Despite Medicare Part D closing the infamous donut hole, the prices of some drugs are still on the rise, and they have been for over a decade. What’s more alarming is that many of the life-saving cancer drugs covered by Part D have not been immune to these price hikes.
Researchers from the University of Vanderbilt School of Medicine and Harvard Medical School found that prices of cancer drugs covered by Part D rose an average eight percent every year for the past decade. In 2010, seniors paid an average $8,794 for these drugs, but they now pay about $10,470.
During the study, researchers found that 48 of the 52 oral cancer drugs covered by Part D had a monthly list price of $10,000. Twenty-one of these drugs exceeded a list price of $15,000 per month.
The largest increase was seen in the price of Gefitinib (Iressa), a drug used to treat lung cancer. Between 2010 and 2018, the list price of the drug rose 306 percent, from $1,960 to $7,960.
Eliot Fishman, senior director of health policy for a health consumer advocacy group, Families USA, said, “There is no major increase in the cost of manufacture of those drugs. These quite substantial cumulative increases are just a result of the power of these drug manufacturers to set price and increase price.”
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Medicare and cancer drug coverage
While cancer drugs must be covered by Medicare by law, there’s a loophole many drugmakers are exploiting: drugmakers can essentially charge whatever they want for drugs covered under Part D. In other words, guaranteed coverage does not guarantee affordable prices.
Most cancer drugs are administered intravenously in a hospital or doctor’s office and covered by Medicare Part A and Part B, respectively. However, Part D plans are provided by private insurance companies approved and regulated by Medicare. Due to the semi-hands-off nature of these drug plans, Medicare cannot negotiate these prices with drugmakers. That means drugmakers can charge top dollar for these oral cancer drugs.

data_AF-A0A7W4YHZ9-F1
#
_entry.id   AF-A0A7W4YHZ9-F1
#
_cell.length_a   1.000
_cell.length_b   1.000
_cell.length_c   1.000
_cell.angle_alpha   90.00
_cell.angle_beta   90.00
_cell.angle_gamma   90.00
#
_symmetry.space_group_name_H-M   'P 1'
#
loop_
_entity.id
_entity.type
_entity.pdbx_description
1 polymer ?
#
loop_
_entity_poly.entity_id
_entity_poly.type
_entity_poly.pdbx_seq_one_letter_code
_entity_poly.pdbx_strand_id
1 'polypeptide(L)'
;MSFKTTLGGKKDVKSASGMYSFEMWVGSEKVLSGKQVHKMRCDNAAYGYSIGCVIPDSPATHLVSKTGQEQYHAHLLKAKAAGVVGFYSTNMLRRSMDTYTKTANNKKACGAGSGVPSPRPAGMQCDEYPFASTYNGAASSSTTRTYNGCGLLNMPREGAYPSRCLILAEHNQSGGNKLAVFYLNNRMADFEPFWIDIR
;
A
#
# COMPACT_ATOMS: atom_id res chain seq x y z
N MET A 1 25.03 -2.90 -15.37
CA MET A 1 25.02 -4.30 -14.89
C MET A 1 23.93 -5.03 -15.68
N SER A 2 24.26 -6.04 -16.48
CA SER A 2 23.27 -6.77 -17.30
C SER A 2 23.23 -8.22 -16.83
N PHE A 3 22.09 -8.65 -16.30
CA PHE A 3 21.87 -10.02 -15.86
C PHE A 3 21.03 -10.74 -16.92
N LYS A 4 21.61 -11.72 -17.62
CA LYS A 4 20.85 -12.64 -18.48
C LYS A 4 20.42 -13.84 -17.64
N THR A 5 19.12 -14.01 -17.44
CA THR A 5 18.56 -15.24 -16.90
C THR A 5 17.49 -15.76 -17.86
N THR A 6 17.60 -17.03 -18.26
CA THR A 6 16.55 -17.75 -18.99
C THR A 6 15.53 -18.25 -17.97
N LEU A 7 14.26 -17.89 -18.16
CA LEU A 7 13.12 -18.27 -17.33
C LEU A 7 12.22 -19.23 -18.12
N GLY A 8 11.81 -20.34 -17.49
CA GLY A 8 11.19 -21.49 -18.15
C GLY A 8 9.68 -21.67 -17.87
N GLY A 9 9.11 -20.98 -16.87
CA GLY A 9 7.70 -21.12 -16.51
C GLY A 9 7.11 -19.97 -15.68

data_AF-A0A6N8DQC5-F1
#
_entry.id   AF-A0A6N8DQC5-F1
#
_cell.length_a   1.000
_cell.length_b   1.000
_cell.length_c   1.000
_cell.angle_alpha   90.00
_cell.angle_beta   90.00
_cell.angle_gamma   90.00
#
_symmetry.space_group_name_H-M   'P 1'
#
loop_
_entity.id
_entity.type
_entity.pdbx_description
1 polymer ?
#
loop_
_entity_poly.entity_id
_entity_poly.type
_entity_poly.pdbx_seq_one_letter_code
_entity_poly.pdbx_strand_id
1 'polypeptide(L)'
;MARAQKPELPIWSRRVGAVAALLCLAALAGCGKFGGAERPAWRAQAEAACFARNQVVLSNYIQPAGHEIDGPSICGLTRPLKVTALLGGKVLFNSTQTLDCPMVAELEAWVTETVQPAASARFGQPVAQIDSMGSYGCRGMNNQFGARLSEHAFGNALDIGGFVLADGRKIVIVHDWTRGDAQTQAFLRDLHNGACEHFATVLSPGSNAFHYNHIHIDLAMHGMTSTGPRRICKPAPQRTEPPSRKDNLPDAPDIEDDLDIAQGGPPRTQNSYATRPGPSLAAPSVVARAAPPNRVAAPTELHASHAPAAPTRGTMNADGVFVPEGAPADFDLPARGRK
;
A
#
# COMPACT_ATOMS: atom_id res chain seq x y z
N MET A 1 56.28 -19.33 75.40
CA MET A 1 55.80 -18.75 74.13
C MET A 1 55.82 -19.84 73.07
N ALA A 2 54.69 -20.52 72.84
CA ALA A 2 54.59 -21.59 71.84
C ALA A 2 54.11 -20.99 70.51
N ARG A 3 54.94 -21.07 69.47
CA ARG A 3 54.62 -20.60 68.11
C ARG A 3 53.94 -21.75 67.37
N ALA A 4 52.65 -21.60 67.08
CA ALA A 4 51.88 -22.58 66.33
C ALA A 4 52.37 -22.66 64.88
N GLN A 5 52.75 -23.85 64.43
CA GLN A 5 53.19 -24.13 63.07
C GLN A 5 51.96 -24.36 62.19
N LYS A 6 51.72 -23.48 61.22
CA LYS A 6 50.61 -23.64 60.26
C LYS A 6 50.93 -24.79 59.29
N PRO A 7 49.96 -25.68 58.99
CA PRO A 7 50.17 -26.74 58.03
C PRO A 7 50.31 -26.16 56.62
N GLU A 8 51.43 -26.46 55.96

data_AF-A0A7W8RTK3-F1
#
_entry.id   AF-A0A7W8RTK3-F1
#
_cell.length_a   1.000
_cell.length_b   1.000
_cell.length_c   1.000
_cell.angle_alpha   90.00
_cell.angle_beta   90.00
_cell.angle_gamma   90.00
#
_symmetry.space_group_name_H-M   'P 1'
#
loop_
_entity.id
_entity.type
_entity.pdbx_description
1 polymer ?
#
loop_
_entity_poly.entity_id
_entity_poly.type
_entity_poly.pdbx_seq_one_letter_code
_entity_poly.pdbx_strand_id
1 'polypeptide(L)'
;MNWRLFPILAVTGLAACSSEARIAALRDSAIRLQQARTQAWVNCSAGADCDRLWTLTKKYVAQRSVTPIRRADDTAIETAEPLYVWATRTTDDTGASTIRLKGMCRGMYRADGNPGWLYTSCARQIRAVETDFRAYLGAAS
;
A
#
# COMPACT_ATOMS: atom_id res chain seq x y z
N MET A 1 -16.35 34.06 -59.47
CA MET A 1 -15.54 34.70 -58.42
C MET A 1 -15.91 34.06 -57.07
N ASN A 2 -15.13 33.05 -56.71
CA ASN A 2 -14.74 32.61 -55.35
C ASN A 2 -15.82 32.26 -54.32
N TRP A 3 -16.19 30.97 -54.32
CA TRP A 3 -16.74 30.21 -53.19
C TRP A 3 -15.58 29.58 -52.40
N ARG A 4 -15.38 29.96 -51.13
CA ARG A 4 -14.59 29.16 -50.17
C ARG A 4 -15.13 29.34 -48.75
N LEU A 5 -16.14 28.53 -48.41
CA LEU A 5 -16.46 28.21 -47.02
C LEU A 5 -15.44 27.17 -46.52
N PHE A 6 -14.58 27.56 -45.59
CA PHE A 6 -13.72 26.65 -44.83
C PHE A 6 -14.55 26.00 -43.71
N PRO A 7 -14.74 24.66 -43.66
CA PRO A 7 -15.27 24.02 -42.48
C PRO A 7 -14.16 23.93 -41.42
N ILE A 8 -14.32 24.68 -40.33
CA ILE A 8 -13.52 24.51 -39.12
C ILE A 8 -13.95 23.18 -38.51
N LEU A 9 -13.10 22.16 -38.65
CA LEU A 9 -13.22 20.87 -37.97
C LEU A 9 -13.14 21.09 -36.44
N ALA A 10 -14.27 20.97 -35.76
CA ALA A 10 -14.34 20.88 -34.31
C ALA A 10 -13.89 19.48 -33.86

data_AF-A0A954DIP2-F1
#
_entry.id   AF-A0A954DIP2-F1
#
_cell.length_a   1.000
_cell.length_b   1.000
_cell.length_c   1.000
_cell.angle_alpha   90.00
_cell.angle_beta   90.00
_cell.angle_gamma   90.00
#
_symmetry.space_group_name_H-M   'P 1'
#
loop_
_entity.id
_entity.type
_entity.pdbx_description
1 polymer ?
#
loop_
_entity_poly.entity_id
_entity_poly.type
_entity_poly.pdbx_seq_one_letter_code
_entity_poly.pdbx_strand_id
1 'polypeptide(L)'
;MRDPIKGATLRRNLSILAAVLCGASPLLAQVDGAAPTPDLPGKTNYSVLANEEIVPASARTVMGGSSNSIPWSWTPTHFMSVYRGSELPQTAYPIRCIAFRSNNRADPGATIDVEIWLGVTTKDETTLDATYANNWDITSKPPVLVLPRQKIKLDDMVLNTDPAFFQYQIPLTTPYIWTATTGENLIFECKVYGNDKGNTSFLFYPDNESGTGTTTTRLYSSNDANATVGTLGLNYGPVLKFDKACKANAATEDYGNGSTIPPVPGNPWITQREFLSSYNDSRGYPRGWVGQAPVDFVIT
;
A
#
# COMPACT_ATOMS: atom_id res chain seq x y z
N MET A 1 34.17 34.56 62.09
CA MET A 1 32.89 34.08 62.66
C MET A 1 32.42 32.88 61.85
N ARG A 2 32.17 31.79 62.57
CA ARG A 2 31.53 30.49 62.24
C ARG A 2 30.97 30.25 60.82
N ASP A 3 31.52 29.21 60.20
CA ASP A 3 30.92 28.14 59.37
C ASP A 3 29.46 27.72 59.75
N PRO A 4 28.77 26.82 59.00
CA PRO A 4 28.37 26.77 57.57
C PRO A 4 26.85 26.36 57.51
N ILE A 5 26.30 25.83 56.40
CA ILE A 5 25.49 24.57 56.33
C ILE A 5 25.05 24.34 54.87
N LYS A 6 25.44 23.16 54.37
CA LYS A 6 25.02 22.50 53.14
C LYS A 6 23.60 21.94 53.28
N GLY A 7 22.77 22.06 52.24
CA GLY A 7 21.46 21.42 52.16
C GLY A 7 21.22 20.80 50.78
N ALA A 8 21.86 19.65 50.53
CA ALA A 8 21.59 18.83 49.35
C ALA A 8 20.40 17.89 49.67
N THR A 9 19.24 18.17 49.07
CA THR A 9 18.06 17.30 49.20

Before 2019, patients in the donut hole were responsible for 100 percent of the cost of their drugs. Although manufacturer discounts frequently offset these prices, many drugs were still cost prohibitive. This is why the Affordable Care Act set out to close the donut hole and save Medicare beneficiaries money at the pharmacy counter.
However, some pharmaceutical companies met the measure by increasing drug prices at a higher rate than the closing of the donut hole would have saved beneficiaries. For example, if a patient paid $4 for a prescription after the donut hole closed, some pharmaceutical companies responded by hiking the price of the drug to $6.
While reluctant to give Medicare the power to directly negotiate drug prices with drugmakers, the Trump administration has made an effort to make drug prices more transparent.
Three proposals are up for a vote in the House (HR 1499, HR 965, and HR 938) which would allow more generics on the market, increase competition, and decrease prices. However, this would not happen until a drug’s patent runs out–about 12 years after it hits the market.
Senator Ron Wyden (D-OR) has also introduced a bill which has even garnered support from some inside the pharmaceutical industry. The bill would cap prescription drug costs by shifting the cost burden from seniors onto taxpayers.
While none of these proposals are necessarily a long-term fix, they do illustrate a willingness to fix the problem Medicare beneficiaries face at the pharmacy counter month after month.
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